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Howie Meeker at his home in Parksville October 24, 2013 who will celebrate his 90th birthday next week. (JOHN LEHMANN/THE GLOBE AND MAIL)
Howie Meeker at his home in Parksville October 24, 2013 who will celebrate his 90th birthday next week. (JOHN LEHMANN/THE GLOBE AND MAIL)

Roy MacGregor

Howie Meeker not dimmed by age Add to ...

By day, he loves what he sees.

From his living room window, he can watch sunlight play over the Strait of Georgia. He can catch sight of a bald eagle soaring high over the shoreline, sometimes see the churn of salmon as they gather for the fall run up nearby French Creek.

By night, he can barely stand what he sees.

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He tried to stop watching several years ago, and instantly his sleep improved, but of late he has found his eyes drawn back to the late night scores and highlights of NHL hockey, and he can only wince.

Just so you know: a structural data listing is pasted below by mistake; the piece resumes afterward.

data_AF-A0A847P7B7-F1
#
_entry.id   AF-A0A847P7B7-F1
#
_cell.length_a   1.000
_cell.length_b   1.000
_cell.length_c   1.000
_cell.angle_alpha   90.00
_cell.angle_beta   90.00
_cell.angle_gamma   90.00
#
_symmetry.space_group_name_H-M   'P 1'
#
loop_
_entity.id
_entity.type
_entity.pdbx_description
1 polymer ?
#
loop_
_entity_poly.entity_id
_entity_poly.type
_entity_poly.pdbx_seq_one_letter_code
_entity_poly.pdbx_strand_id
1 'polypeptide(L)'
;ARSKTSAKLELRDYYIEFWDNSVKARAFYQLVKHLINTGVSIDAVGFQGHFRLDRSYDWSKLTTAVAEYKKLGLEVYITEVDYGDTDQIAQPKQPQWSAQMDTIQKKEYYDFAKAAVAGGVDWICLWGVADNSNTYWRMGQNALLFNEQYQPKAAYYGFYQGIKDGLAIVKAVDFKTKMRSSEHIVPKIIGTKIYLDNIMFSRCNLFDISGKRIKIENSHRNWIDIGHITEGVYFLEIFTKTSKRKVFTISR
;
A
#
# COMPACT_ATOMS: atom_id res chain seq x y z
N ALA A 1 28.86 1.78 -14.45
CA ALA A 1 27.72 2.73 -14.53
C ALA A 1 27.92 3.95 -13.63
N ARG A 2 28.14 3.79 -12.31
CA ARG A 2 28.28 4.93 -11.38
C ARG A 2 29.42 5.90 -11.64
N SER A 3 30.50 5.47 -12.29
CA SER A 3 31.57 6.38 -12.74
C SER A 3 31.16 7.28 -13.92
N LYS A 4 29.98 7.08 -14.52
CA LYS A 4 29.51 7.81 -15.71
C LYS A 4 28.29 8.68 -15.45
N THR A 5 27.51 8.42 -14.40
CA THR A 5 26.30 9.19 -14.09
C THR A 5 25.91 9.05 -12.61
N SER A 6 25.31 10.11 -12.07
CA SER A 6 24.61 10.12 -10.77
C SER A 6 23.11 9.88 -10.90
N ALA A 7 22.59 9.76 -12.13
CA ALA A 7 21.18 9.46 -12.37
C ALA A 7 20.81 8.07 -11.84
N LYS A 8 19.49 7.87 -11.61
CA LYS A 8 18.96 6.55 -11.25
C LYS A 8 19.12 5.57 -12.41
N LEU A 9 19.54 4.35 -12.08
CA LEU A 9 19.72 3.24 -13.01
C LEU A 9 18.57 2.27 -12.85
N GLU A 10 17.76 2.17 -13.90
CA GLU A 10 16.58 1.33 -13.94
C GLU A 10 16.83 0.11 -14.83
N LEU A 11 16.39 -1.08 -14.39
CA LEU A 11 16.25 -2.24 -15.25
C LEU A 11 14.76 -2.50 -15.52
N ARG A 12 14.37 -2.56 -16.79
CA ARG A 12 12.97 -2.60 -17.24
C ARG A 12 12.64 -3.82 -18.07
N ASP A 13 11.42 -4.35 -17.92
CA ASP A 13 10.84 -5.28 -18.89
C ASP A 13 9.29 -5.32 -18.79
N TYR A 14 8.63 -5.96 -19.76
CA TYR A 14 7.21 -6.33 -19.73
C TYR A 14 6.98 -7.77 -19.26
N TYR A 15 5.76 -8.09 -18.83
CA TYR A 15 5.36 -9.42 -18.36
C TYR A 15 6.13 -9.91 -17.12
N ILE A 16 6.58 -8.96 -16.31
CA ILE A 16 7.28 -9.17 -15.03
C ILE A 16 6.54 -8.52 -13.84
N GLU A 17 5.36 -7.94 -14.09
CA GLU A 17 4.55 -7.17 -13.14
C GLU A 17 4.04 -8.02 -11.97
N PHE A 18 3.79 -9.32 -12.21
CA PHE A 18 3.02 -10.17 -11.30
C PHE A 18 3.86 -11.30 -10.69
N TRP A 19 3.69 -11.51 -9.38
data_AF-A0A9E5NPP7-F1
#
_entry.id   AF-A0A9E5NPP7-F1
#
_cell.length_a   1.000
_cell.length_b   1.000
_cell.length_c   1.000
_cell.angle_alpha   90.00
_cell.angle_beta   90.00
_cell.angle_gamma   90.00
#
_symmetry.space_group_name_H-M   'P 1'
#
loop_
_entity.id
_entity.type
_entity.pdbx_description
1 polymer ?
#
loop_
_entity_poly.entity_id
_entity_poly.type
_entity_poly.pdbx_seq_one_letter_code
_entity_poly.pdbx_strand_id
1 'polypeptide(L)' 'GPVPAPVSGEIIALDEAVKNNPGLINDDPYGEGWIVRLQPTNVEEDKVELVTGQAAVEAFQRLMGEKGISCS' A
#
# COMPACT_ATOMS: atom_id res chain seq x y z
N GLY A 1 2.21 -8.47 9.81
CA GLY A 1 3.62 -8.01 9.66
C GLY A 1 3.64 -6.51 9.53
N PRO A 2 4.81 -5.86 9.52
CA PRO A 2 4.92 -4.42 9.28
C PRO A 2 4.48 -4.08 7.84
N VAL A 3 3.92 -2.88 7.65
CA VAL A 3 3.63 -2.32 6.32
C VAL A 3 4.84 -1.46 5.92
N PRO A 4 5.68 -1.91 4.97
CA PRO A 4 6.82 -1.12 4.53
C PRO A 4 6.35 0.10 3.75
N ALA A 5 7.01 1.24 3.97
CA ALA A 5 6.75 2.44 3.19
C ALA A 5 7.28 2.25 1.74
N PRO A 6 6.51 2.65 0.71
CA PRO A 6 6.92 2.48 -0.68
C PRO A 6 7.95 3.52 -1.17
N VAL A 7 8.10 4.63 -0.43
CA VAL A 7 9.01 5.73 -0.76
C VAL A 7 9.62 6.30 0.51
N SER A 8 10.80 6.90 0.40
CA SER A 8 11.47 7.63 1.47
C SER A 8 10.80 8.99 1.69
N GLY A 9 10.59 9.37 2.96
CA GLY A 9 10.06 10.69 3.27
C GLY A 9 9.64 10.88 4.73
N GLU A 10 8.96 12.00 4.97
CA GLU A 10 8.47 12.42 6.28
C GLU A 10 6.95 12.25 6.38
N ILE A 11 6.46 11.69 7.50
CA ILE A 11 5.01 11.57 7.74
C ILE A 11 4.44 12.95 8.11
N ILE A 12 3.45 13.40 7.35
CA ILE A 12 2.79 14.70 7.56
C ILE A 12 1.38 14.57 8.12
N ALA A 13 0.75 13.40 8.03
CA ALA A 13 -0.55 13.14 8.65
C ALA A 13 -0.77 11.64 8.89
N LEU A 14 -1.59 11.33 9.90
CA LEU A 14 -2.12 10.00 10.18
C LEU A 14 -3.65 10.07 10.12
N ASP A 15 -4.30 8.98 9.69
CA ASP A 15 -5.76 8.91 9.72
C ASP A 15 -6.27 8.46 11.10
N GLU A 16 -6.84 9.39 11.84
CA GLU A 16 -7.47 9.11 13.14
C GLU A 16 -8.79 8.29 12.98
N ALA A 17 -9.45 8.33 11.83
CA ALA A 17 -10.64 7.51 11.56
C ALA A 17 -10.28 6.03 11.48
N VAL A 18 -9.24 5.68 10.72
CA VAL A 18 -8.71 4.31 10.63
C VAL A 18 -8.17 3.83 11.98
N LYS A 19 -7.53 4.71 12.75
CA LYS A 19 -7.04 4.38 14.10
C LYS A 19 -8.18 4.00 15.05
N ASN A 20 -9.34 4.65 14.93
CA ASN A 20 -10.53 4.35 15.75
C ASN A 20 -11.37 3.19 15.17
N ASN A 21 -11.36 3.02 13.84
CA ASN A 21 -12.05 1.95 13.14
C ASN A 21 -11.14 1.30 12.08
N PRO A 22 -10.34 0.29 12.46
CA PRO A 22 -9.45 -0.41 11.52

Howie Meeker turns 90 on Monday. He can still shout “Golly Gee Willikers” as well as he ever could in the 1970s and 1980s, when his enthusiasms and criticisms of the national game became a CBC fixture. Meeker was renowned for his beloved telestrator and, most of all, for a voice and expressions – Hold it right there!” “Jiminy Cricket!” – that made him as famous then as Don Cherry is today.

Today, Howie Meeker is not as opinionated as he once was.

He is much more opinionated.

Flow: “They dump it out, they dump it in. Lots of times, there is absolutely no reason for them to be dumping it in.”

Shot blocking: “It should be a penalty. If you leave your feet to go down to stop a shot, it should be a penalty. If you go down to block a pass, no problem, but to me it’s obvious that it should be a two-minute penalty if you go down to block a shot on goal. This isn’t entertainment. It just makes for dull hockey. It’s crazy. The NHL needs goals and here they’re doing everything possible to stop goals from going in. They’ve got to be out of their minds.”